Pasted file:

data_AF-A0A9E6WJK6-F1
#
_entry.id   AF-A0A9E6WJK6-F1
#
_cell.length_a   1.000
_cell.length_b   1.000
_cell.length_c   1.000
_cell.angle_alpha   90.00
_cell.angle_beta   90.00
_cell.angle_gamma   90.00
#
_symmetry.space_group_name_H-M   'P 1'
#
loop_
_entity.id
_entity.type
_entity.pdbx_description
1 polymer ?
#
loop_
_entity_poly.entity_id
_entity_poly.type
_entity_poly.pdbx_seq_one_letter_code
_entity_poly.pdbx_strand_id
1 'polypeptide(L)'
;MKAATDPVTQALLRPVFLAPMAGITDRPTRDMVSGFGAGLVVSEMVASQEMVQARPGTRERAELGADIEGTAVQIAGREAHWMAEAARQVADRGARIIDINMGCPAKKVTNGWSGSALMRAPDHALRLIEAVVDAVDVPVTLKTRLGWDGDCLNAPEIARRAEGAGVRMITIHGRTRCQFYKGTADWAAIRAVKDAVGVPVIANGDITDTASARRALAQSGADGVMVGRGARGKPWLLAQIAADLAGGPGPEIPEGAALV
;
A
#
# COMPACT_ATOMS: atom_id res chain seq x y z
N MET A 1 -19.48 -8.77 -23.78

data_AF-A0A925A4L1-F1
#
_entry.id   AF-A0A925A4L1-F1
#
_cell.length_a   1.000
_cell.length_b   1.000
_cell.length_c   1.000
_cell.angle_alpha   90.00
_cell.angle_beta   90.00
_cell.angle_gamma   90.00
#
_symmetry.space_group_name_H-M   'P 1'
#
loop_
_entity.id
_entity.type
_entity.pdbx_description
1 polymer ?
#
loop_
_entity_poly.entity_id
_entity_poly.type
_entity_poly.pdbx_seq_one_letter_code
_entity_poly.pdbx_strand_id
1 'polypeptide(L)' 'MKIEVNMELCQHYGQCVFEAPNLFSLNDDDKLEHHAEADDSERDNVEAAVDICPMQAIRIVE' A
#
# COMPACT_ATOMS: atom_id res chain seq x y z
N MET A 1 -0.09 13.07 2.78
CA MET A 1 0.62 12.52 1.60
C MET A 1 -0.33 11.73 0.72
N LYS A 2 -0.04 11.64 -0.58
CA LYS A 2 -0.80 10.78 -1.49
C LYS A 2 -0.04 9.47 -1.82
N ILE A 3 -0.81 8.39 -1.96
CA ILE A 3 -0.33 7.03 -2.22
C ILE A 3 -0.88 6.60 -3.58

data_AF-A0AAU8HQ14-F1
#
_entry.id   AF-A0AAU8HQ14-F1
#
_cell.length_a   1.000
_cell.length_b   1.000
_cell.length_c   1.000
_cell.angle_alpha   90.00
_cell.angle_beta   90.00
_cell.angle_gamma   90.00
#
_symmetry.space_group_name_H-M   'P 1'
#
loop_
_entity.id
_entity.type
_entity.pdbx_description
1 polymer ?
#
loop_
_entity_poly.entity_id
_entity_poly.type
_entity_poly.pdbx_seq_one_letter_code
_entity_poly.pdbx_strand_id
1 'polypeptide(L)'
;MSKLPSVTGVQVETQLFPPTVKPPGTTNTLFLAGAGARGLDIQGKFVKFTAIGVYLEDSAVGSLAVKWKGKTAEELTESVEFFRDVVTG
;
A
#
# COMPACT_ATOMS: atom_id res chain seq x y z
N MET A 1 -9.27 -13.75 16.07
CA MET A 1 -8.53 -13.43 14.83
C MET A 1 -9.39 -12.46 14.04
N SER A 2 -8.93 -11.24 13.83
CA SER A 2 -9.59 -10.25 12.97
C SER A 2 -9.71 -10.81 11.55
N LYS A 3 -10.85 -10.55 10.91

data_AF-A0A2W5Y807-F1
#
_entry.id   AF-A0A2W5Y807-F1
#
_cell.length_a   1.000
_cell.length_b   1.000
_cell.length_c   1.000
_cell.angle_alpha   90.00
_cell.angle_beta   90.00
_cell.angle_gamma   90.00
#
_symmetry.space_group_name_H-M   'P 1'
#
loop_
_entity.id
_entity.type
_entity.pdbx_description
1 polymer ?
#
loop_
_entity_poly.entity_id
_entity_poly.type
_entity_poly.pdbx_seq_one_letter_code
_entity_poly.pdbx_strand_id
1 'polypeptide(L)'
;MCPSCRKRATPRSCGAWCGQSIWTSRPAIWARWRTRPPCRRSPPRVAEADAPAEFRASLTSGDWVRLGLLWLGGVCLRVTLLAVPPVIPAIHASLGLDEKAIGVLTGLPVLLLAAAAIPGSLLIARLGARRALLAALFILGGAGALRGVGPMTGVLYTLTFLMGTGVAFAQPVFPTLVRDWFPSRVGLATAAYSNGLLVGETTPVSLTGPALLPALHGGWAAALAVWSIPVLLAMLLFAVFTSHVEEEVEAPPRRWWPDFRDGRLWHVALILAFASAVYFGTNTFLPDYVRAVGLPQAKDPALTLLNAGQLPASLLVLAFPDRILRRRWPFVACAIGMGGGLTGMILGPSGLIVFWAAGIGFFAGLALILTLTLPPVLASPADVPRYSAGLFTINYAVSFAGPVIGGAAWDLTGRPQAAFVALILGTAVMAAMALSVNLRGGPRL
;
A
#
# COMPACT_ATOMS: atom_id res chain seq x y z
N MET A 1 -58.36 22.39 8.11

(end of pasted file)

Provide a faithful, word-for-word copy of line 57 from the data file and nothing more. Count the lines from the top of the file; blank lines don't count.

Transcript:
#